Reading through the Bible together
In this chapter we see God giving specific instruction regarding the killing of animals for sacrifices. Moses was to tell Aaron and his sons and all of Israel that if they kill an ox, lamb, or goat, they must bring it to the door of the tabernacle as an offering. And if they did not do this, they were to be cut off from being part of the people of Israel.. In other words, they could not stay in the fields and make their sacrifice there; they had to bring it to the tabernacle.
As we look at this command, we wonder why the location is so important because there were times when God did allow His people to build altars and offer their sacrifices wherever they were. So as long as they made their sacrifice, it shouldn’t really make a difference if they offered it in the field or at the door of the tabernacle, should it?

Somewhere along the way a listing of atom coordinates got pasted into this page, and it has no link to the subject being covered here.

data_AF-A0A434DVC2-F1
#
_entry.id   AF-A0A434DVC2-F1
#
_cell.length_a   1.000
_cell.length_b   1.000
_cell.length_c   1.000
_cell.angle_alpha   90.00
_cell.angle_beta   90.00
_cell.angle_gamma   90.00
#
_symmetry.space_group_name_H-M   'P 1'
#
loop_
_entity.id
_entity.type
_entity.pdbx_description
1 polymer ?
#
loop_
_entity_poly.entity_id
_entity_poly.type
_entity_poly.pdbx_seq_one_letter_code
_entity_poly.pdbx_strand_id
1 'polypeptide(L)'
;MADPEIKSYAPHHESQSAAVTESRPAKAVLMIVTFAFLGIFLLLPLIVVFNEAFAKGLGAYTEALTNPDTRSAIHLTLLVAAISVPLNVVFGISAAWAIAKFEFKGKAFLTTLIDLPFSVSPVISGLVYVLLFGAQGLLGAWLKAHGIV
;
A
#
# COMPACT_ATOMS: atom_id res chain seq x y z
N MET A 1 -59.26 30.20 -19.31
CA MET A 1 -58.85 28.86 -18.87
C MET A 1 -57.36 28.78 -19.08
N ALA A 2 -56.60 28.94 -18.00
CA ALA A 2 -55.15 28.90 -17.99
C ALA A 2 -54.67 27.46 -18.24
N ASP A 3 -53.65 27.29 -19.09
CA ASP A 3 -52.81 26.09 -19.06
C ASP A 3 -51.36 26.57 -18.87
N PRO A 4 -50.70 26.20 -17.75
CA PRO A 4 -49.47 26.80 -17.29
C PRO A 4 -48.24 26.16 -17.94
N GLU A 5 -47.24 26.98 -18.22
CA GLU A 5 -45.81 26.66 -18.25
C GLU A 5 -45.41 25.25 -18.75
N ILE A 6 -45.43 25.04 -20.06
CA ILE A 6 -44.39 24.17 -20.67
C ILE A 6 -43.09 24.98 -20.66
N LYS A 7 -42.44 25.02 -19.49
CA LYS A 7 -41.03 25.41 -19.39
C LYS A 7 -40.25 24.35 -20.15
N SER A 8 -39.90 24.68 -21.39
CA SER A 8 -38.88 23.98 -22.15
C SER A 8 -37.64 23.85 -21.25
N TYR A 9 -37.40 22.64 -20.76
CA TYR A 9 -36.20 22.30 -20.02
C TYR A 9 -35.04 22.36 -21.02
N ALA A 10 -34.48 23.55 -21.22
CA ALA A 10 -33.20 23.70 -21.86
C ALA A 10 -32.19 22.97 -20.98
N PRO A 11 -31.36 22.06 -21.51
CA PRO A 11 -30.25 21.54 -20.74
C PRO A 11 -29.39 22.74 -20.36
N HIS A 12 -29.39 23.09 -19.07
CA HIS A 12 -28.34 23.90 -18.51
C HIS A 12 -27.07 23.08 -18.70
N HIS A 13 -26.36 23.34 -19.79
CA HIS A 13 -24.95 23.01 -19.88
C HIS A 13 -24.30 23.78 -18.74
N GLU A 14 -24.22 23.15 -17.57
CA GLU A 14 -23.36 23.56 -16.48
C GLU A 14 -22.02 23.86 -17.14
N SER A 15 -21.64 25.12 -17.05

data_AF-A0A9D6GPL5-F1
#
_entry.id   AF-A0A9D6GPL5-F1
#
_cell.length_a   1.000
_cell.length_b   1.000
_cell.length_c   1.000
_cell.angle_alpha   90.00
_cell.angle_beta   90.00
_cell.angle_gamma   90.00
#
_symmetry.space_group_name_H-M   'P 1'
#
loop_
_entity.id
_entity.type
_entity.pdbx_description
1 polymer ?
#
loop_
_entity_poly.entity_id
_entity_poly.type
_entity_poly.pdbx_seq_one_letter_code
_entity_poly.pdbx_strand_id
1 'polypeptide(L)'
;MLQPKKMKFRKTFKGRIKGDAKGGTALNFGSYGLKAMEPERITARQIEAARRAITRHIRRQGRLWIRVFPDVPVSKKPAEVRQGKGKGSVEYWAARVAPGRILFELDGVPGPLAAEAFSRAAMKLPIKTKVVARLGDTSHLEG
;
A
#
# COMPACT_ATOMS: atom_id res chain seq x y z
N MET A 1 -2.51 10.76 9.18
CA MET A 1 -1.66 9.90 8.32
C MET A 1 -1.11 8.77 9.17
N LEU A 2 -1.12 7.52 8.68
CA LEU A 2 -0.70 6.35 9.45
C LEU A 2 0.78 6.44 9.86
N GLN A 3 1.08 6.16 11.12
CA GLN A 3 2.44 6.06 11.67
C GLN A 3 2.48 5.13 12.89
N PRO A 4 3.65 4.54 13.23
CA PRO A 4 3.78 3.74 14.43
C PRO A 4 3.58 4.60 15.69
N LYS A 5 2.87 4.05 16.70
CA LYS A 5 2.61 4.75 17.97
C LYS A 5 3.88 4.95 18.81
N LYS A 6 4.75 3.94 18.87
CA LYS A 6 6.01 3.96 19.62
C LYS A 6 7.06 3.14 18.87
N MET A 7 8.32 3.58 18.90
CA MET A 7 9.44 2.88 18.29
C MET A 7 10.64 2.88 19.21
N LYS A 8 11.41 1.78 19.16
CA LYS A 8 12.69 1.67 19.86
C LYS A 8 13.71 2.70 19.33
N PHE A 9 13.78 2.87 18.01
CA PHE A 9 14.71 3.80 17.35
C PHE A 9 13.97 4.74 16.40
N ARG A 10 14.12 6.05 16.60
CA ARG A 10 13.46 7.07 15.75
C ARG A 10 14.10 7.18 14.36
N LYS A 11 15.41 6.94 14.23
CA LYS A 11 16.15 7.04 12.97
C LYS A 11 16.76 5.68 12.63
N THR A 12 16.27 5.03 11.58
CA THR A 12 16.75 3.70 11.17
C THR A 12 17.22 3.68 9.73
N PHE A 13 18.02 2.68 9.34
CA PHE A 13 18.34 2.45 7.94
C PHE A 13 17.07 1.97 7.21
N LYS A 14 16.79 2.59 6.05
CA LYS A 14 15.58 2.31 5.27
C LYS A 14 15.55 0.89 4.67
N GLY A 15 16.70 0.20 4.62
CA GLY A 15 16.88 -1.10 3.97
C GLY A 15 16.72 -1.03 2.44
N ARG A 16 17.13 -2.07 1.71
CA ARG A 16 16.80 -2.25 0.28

However, a few verses further down, we see another problem: sacrifices to idols and spirits. Though the children of Israel had left Egypt, they had not left all the pagan rituals behind. Certain forms of obscene idolatry were still being practiced by the Israelites in the fields, thus giving significance to the expression, “They have gone a whoring!” So the restriction to bring the sacrifices to the tabernacle was a necessary safeguard against these idolatrous practices.
The sacrificial system has been done away with by Christ dying on the cross as the universal lamb. Now our sacrifice is a broken and a contrite heart. And we don’t have to go to a specific physical location to seek restitution for our sins. However, there’s one location that has not changed. We must come to the foot of the cross for atonement, as symbolized by the altar of sacrifice in the courtyard of the sanctuary. If we try to take our sacrifice elsewhere than to the cross, we will have no part in the kingdom. As Jesus says in John 14:6, “I am the way, the truth, and the life. No man cometh to the Father but by me."
Melodious Echo Mason
Director of Programming, ARME Bible Camp Ministries